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Published: 2012/06/08
by Sam Davis

From The Bonnaroo Beacon : "Holding On"

Photo by Kevin Yatarola

As the festival gates opened on the first day of Bonnaroo 2012, little time passed before the site came to life with attendees roving the city-sized grounds, vendors hawking their goods and bands taking over the festival’s multiple tents.

With temperatures pleasantly lower than previous years, the first day offered an ideal setting as festival goers filtered through the hippie bazaar of Centeroo and the various art installations free from the sweltering heat of recent Bonnaroos . However, comedian/performer Reggie Watts still cautioned fans to be wary of the sun’s rays as he wandered the festival grounds with a film crew in tow, offering attendees various degrees of SPF from his sunscreen toolbelt. “The sun is committing genocide daily,” he warned. “Stay suncreened.”

Meanwhile, those in the proximity of the Which Stage around 1 PM were treated to a surprise performance by Feist. She was on hand to sound check before her performance tomorrow afternoon and delivered a version of “How Come You Never Go There” as well as portions of a few other tunes.

The Tent offerings later kicked off shortly after 4PM with a set by Tennessee natives The Dirty Guv’nahs. The group performed what would be the first of the day’s many raved-up, rock and roll performances.

A second such highlight later occurred in The Other Tent, where Austin-based psych-rockers White Denim not only wowed members of Umphrey’s McGee, but surely turned a new legion of fans onto their complex, progressive sound. As guitarists James Petralli and Austin Jenkins traded licks, and delivered their high-flying musical acrobatics, the crowd responded enthusiastically.

Another standout performance came during one of the weekend’s most highly anticipated sets— a performance by the rapidly rising soul rockers Alabama Shakes. While the group’s debut LP only came out in April of this year, already fans were singing along with vocalist Brittany Howard’s every word. With the VIP section filled to capacity, This Tent could be seen overflowing on all sides as fans even tried to climb fences to gain a better vantage point. To close out their performances, the Shakes welcomed the Soul Rebels Brass Band to the stage, which finished with the horns parading through the crowd to the stage in front of the Centeroo Fountain for an impromptu jam session.

One of the great aspects of Bonnaroo is simply the sheer breadth of genres one can witness across the festival’s numerous stages and tents on any given day. During any one of Thursday’s performances, one could wander just a few hundred yards and find themselves in the grips of something completely different. Whether it be the funked-out grooves of Orgone, the passionate reggae of SOJA or the instrumental livetronica of Big Gigantic—who handed out hundreds of inflatable instruments to the crowd during their set—there was surely a something to suit every taste.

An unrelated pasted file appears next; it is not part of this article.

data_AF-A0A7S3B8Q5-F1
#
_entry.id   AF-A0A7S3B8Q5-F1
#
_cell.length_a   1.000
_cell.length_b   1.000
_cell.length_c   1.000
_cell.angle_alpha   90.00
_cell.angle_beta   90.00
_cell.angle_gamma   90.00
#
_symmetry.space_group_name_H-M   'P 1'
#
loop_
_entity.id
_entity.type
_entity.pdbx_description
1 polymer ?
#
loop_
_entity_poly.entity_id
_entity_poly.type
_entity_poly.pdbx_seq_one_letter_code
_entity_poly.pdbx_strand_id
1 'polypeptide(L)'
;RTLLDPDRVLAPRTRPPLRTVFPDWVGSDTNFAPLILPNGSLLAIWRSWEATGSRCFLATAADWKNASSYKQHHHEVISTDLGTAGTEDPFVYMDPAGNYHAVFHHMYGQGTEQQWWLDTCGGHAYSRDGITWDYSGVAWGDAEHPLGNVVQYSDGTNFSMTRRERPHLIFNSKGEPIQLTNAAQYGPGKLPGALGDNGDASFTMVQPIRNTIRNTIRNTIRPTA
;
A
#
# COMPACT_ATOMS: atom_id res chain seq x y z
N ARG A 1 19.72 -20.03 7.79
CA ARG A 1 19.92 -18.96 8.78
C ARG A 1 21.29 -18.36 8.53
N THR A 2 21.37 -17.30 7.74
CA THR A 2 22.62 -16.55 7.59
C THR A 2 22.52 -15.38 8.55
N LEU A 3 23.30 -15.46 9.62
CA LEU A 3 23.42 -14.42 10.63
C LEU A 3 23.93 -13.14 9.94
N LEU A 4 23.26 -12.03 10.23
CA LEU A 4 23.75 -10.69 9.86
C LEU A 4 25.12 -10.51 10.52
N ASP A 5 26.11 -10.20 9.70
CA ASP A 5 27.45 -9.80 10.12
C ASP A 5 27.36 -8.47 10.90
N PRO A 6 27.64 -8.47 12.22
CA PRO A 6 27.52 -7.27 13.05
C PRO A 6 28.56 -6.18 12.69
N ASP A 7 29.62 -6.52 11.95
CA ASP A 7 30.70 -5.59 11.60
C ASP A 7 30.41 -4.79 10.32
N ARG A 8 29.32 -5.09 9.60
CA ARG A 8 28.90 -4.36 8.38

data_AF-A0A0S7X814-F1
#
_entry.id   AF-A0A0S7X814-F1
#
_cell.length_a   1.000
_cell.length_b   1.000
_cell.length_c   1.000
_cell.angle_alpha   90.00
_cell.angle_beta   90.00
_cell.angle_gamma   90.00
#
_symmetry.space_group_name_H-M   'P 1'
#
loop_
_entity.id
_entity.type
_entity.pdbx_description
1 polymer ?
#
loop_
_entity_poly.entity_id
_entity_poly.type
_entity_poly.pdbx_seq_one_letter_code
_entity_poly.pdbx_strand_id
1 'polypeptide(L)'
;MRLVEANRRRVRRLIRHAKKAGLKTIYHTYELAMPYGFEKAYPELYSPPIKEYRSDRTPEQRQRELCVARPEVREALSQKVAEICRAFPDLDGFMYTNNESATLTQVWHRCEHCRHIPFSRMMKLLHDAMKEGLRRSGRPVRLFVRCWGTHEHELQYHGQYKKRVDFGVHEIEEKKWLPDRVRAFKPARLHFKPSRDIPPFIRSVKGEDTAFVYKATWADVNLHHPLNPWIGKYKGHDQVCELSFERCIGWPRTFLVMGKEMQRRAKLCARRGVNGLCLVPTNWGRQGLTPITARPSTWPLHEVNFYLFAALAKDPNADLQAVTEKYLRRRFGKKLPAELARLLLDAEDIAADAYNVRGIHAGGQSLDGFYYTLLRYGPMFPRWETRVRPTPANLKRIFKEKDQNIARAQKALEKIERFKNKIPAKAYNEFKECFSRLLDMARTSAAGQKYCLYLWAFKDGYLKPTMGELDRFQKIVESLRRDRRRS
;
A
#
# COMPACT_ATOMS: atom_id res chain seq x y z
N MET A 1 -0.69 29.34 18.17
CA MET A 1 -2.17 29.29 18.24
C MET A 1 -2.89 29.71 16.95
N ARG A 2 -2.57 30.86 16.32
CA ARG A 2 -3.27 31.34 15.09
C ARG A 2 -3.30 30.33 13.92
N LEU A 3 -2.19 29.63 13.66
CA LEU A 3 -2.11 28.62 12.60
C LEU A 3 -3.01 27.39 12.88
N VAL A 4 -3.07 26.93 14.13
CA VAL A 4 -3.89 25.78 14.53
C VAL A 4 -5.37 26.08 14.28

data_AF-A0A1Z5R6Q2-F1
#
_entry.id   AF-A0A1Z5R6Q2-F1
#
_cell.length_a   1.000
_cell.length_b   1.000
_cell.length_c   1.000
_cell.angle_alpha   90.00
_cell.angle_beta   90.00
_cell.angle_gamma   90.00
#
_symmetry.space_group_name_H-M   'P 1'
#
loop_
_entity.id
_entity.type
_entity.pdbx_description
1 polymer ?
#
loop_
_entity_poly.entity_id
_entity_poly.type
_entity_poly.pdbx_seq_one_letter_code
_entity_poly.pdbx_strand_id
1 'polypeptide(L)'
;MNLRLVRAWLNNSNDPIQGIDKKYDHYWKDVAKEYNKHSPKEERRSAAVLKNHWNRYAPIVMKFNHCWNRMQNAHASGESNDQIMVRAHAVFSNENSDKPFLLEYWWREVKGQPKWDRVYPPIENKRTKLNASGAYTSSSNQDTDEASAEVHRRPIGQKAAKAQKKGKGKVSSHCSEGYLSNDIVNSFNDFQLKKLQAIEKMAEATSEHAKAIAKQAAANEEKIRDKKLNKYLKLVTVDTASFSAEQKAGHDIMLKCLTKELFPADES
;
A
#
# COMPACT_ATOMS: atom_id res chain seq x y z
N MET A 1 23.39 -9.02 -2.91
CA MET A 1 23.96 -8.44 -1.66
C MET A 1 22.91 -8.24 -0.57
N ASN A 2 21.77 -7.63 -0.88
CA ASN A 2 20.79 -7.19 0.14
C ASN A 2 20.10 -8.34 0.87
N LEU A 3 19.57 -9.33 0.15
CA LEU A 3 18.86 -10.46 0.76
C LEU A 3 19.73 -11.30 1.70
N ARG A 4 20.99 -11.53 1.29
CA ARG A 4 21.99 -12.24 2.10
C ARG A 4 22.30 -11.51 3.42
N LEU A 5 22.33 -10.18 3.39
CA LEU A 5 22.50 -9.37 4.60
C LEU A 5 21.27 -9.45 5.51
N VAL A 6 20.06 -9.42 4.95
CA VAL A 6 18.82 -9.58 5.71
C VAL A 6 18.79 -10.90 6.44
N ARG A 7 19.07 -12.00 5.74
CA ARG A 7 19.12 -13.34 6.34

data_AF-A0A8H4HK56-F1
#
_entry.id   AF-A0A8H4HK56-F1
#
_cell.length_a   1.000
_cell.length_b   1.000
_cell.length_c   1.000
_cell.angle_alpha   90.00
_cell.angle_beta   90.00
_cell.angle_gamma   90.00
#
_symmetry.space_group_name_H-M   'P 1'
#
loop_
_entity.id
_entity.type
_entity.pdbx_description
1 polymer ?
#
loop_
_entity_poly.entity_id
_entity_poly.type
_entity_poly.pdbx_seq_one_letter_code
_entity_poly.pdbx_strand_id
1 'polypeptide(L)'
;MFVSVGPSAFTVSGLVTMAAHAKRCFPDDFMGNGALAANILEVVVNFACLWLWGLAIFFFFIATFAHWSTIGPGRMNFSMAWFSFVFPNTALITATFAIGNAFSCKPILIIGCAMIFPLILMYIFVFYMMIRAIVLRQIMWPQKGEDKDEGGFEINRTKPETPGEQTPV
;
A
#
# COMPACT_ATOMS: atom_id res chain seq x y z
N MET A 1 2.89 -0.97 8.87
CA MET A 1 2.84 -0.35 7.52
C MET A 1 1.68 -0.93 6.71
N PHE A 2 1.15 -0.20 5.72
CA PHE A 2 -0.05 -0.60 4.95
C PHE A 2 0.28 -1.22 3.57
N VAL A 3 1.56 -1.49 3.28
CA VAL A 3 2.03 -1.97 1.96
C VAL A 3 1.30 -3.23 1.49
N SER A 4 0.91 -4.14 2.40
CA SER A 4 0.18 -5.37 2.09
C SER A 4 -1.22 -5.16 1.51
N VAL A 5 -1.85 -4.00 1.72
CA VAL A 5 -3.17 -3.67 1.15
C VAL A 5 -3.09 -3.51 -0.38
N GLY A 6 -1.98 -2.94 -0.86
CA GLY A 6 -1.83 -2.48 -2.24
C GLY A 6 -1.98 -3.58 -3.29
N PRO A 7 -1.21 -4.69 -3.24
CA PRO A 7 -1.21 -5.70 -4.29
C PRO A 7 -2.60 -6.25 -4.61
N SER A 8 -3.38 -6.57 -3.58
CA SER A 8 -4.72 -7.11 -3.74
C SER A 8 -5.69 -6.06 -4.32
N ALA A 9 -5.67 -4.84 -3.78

Elsewhere on Thursday, a second theme began to emerge—one that has been prevalent since the passing of several legendary musicians earlier this year. In The Other Tent, Dale Earnhardt Jr. Jr. paid tribute to Whitney Houston with a cover of her famous version of Dolly Parton’s “I Will Always Love You,” while Yelawolf paid tribute to fallen Beastie Boy Adam “MCA” Yauch with a version of “(You Gotta) Fight For Your Right to Party.” You can likely expect this theme to carry through the weekend, with potential tributes to both The Band drummer Levon Helm, acoustic-guitar legend Doc Watson and perhaps even Fleetwood Mac guitarist Bob Welch, who passed away today in Nashville.

Speaking of Helm, one of the musicians who performed with him over recent years. Steven Bernstein, brought his Millennial Territory Orchestra to the Cinema Tent. There the “little big band” performed an animated score to three Laurel and Hardy silent films.

For the 11th year in a row, festival creative director Russ Bennett has constructed art installations and structures to help bring life to the festival site. “It’s collaborative creativity that fosters bigger and better things each year,” said Bennett about this year’s installations. “We consistently have a great team helping us.”

And, while Bonnaroo has surely evolved, for this writer (who last attended the festival in 2004) it was also apparent how close the festival has remained to its roots. As CID Entertainment’s Dan Berkowitz reflected, “The beauty of Bonnaroo is that it hasn’t changed. It’s just gotten better.”

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